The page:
Ten years after MacLeod started at the Mozart, the city began busing students across neighborhoods to integrate schools and many white families began abandoning the public schools for private alternatives. Steve Rousell and his siblings — whom MacLeod occasionally baby-sat — left the Mozart for Holy Name Parish School. By the time the Rousells’ next-door neighbor Ricky McMahon was in school in the 1990s, mandatory busing had ended but the exodus continued, due to the lottery. The complex assignment system, designed to compensate for the sub-par schools in many Boston neighborhoods, gives parents an edge in gaining admission to the closest schools, but also lets them vie for better options elsewhere.
“I never went to school with anybody from my neighborhood,’’ said McMahon, 30, who graduated in 1999. Nor, he said, did he go to high school with his friends from middle school. The lottery dispersed them once again.
“I ended up with Dot High and my friend ended up with Hyde Park and one in West Roxbury,’’ he said. “It doesn’t make sense to me all around. I think it also ruins friendships.’’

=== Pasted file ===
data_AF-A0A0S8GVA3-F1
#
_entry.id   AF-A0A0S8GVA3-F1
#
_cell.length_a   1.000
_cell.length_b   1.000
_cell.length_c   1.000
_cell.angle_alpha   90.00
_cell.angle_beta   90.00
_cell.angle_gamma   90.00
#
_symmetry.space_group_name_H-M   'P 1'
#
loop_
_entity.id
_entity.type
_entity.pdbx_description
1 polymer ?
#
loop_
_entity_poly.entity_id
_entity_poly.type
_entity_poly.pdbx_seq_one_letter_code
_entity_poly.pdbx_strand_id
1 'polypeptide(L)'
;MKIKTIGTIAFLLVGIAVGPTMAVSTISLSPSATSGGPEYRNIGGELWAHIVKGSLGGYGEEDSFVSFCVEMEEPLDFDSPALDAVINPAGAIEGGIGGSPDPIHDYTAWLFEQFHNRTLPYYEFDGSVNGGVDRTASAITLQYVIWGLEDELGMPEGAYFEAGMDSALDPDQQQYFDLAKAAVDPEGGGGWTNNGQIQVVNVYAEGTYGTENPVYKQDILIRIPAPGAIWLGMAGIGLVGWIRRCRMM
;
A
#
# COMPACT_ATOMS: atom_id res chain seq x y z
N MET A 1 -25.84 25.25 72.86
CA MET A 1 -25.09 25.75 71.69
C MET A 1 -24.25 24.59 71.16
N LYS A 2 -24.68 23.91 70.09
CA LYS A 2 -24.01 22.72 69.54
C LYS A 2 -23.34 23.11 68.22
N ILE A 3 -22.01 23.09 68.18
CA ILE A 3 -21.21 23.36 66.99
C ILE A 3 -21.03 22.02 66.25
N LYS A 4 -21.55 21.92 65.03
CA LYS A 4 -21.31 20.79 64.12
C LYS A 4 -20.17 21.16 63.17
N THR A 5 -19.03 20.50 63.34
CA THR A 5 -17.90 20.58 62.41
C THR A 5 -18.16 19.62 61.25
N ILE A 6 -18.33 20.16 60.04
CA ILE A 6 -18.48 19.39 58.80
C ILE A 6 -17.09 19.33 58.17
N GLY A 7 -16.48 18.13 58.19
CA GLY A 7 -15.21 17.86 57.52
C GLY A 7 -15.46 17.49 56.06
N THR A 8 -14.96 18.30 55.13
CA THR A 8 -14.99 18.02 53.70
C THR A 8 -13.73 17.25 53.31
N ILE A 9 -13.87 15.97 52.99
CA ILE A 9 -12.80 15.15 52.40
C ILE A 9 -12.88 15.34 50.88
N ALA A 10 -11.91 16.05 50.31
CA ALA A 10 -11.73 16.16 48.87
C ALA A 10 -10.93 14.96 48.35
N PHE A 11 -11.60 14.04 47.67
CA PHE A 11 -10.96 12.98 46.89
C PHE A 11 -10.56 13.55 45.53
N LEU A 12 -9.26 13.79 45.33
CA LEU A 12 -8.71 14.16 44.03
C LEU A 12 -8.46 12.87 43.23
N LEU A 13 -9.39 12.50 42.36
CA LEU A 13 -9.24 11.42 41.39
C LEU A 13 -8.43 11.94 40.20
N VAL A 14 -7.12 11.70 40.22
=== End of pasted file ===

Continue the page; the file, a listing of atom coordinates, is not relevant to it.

Society has changed in innumerable other ways since MacLeod’s childhood. Today’s parents are more fearful about young children playing outside unsupervised, even on a street like Montvale where they feel safe from crime. More mothers are working, so more children are attending after-school programs rather than roaming backyards with their neighbors. Working parents can seldom spare time to walk their kids to school and when they drive, young children must be strapped into car seats, making carpooling a challenge.
But the absence of a common school has played a role, too. Families are less likely to know each other when their children don’t attend school together, specialists say, and their children lose out as a result — on stable, sustaining friendships that could help them weather adolescence and on a safety net of interconnected adults who know them and look out for them.
“It definitely hurts the neighborhood,’’ said Lisa Gonsalves, a University of Massachusetts Boston education professor who examined the city’s school assignment system as part of a task force in 2003. “The neighborhood loses this bond between families if the children in it aren’t friends. Some parents remember growing up with strong connections to their neighborhood, and when they see that their kids don’t have that, there’s a nostalgia.’’
Yet they quickly add the caveat that neighborhood schools wouldn’t be a fair alternative unless every neighborhood has a good school to offer — a goal that seems so elusively out of reach that it brings the debate to a screeching halt.